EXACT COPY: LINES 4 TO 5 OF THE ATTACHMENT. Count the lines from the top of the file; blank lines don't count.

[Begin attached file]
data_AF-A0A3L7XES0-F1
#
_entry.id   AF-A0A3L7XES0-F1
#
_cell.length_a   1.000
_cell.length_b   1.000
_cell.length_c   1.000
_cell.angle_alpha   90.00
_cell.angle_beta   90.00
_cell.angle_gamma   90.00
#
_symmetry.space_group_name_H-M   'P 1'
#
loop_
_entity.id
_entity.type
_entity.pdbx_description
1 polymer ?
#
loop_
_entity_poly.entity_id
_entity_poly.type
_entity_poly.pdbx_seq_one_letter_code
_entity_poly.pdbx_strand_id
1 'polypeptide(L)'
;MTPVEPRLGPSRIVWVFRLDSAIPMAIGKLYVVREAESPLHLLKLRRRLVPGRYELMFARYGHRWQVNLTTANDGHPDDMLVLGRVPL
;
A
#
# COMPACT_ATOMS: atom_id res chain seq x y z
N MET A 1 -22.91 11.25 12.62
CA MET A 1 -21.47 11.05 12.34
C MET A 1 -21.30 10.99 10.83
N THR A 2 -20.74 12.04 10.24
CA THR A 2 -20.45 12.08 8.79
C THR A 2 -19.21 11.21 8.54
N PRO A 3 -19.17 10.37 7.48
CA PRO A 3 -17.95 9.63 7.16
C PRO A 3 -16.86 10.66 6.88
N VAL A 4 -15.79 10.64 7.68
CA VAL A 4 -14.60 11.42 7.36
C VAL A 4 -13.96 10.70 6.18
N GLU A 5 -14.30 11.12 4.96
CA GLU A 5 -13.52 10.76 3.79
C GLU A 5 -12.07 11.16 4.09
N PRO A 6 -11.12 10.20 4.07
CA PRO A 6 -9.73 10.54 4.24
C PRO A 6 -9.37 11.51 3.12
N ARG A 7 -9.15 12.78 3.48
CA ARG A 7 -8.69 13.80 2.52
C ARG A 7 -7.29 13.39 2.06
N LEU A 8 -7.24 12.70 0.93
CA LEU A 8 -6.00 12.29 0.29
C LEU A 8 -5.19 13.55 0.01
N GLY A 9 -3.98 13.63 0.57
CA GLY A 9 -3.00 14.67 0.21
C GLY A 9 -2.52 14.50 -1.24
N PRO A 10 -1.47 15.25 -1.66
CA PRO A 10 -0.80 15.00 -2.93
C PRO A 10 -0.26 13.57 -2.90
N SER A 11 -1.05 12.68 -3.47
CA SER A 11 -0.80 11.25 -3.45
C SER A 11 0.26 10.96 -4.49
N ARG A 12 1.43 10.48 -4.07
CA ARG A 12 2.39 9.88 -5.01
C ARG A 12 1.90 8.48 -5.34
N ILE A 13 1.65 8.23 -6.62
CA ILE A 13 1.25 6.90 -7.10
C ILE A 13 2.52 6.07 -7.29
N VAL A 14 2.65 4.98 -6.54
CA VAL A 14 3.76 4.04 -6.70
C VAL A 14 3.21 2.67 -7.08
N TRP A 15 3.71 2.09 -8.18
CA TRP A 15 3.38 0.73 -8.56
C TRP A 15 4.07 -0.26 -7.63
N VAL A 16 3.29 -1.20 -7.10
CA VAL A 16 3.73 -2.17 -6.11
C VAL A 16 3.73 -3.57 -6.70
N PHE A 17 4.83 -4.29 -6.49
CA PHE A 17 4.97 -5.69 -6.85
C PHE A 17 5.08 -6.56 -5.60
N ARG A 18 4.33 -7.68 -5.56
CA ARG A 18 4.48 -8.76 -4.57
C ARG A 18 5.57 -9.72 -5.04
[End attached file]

#
_cell.length_a   1.000